Getting in the ‘Game’ Again: Corey McCloskey Returns to Career Roots
Writer Joseph J. Airdo
Photography Courtesy of the Scottsdale Musical Theater Company, FOX 10, Cory McCloskey and Nick Woodward-Shaw
Cory McCloskey remembers quite fondly the first musical he ever saw performed live on a stage. He was about 11 years old when his elementary school class was invited to the neighboring high school’s dress rehearsal of “The Pajama Game” in his small home town of Millersburg, Penn.
“It was kind of a sophisticated story for a fifth grader but I clearly remember a couple of the scenes,” says McCloskey before breaking into song. “Hey there, you with the stars in your eyes …”
McCloskey credits his interest in show business to the musical’s lead actor Hadley Brown.
“His name alone makes him sound like some kind of a superstar or something,” says McCloskey, noting Brown portrayed the lead in “Bye Bye Birdie” the following year. “He was the captain of the football team, he did all of the school musicals and he was a really handsome guy. I remember walking back from that show and hearing all of the girls in my class singing, ‘We love you, Hadley, oh yes we do.’ I thought, ‘Man, if I can get a piece of that, this is for me.'”
McCloskey has the chance to do so when he portrays the same character that, more than 45 years ago, started him on a trajectory to his current role as a meteorologist and television personality for FOX 10. He hopes that Brown, who has a winter home in Fountain Hills, will be in the audience just as he was all those years ago—bringing his story full circle.
Bringing Broadway to the Valley
McCloskey will play Sid Sorokin in Scottsdale Musical Theater Company’s presentation of “The Pajama Game,” a comedy based on Richard Bissell’s 1953 novel “7½ Cents,” which tells the story a pajama factory where workers’ demands for a raise go unheeded. In the midst of the ordeal, love blossoms between the grievance committee head and the new factory superintendent.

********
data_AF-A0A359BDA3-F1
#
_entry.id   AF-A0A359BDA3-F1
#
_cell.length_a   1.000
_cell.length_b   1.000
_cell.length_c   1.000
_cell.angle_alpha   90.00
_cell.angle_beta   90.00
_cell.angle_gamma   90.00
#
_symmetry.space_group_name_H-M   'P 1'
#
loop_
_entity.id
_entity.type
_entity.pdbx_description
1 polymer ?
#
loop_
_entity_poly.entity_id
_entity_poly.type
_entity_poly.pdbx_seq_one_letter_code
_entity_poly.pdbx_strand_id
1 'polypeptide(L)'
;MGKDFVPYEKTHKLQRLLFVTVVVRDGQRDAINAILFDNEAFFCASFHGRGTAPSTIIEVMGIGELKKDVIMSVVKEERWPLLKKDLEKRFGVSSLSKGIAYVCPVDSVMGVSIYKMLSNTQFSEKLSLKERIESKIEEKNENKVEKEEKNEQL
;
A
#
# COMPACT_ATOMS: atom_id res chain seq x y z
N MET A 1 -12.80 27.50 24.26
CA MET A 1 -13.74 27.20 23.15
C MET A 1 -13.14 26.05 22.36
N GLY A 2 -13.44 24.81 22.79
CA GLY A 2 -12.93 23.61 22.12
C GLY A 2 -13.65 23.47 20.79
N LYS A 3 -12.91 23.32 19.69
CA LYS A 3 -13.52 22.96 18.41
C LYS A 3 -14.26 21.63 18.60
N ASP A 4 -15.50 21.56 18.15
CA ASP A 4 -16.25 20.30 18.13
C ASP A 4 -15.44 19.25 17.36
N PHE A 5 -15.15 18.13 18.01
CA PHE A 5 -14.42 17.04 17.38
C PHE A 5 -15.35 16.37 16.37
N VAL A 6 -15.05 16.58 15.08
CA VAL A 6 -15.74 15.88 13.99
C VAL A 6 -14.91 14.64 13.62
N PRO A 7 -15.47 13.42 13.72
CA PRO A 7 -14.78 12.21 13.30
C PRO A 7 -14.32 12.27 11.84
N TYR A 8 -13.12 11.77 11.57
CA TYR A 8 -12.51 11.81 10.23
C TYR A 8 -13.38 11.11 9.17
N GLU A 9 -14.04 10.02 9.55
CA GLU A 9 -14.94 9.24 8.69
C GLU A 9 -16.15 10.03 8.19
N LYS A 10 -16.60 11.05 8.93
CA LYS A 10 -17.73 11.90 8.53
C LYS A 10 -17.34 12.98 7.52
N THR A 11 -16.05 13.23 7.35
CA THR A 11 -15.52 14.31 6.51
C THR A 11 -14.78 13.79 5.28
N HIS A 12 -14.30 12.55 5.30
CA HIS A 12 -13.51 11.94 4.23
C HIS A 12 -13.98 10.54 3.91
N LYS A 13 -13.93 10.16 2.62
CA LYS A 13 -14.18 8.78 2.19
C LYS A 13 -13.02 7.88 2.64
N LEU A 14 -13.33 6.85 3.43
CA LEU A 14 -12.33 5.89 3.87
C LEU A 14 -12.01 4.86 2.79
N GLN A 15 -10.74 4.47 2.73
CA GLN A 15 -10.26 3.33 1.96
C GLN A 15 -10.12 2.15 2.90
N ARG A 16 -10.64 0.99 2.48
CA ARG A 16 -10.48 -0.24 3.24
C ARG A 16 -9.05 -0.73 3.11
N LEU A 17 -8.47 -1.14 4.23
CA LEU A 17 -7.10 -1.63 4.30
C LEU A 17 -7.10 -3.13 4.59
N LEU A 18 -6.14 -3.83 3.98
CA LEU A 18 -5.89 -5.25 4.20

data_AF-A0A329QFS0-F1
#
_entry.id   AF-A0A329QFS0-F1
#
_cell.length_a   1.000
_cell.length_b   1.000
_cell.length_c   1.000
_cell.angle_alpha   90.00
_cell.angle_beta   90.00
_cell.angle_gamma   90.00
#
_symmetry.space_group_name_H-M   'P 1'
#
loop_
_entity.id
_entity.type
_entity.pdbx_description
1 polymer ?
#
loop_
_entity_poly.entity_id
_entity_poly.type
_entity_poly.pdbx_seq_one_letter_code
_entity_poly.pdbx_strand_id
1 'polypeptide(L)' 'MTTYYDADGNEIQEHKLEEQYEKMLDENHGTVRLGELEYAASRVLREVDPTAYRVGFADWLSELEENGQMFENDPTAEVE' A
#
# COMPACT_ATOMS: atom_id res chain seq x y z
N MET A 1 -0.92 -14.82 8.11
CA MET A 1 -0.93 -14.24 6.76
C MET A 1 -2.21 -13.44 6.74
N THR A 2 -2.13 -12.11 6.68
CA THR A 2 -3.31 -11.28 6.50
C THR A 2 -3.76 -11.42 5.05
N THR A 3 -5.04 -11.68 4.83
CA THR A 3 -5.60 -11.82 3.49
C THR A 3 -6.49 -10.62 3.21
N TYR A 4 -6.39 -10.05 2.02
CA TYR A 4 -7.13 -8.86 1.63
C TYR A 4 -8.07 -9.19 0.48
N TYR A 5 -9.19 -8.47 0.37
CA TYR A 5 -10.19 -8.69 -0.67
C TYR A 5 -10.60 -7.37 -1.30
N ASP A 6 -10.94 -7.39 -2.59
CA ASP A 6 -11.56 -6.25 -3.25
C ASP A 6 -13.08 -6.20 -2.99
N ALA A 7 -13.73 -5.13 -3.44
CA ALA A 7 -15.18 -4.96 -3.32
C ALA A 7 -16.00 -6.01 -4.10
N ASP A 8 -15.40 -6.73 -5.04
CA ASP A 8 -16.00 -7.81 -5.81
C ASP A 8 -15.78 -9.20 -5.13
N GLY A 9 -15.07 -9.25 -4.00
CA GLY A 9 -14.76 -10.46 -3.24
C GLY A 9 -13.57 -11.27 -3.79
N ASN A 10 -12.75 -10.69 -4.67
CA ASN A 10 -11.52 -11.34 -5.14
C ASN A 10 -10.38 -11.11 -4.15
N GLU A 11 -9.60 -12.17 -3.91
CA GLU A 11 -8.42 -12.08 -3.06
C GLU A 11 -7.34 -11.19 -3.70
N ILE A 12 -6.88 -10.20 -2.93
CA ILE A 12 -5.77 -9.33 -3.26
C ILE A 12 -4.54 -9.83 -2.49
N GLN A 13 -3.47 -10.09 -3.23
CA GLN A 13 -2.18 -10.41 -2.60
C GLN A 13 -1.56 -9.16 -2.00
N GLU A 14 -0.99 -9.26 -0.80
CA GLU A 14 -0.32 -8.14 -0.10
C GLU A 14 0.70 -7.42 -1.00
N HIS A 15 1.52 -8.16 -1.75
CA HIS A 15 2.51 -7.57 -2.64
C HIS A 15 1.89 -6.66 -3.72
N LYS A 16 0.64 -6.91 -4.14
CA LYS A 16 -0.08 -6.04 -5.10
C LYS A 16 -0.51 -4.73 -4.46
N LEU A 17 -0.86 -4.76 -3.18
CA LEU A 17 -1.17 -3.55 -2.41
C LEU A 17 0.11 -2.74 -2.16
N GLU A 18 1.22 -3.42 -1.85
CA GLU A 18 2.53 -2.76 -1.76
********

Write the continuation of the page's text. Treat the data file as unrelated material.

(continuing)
Scottsdale Musical Theater Company has carved a niche for itself by presenting shows that feature celebrity guest stars. Last year, “Days of Our Lives” and “The Nanny” star Charles Shaughnessy appeared in both “42nd Street” and “A Christmas Carol.” “A Different World” star Dawnn Lewis appeared in “Thoroughly Modern Millie” earlier this year.
After a chance encounter with McCloskey, Scottsdale Musical Theater Company executive producer David Hock was eager to bring one of the Valley’s most recognizable and enthusiastic television personalities into the mix and the two decided that “The Pajama Game” checked all of the boxes.
“It is the perfect summer show because it is so light-hearted and fun,” Hock says. “It allows you to escape for a couple of hours, not think about anything and just enjoy yourself. Not everything has to have a motive or change the world. There is something to be said for just being entertained.”
Scottsdale Musical Theater Company has 10 performances of “The Pajama Game” scheduled July 11–21 at Tempe Center for the Arts, a venue that accommodates national tour sets with outstanding technical capabilities that allow the company to fully reflect the vibes of the show’s Broadway roots.
“The set is going to be fantastic, the costuming will be great and it is just going to be a fun production,” says McCloskey, noting that Hock has given him flexibility to explore the character. “I am so grateful to have been offered this role.”
McCloskey is especially drawn to “The Pajama Game” because of the evolution of the character he portrays. Sid Sorkin shows up as the new guy in town and is not particularly well-liked. He is the straight man in comedic situations that surround him and softens up over the course of the story.
“John Raitt, who did this role on Broadway and also in the  movie, was very athletic,” says McCloskey, noting that he is planning to lose a little weight prior to the performances to match the actor’s physique. “When he got on the stage, he just took it over. He had a really powerful presence. I do not really like to model myself after anyone but I will say that his approach to this particular role was cool. I am hoping that I can bring the same kind of energy to the role.”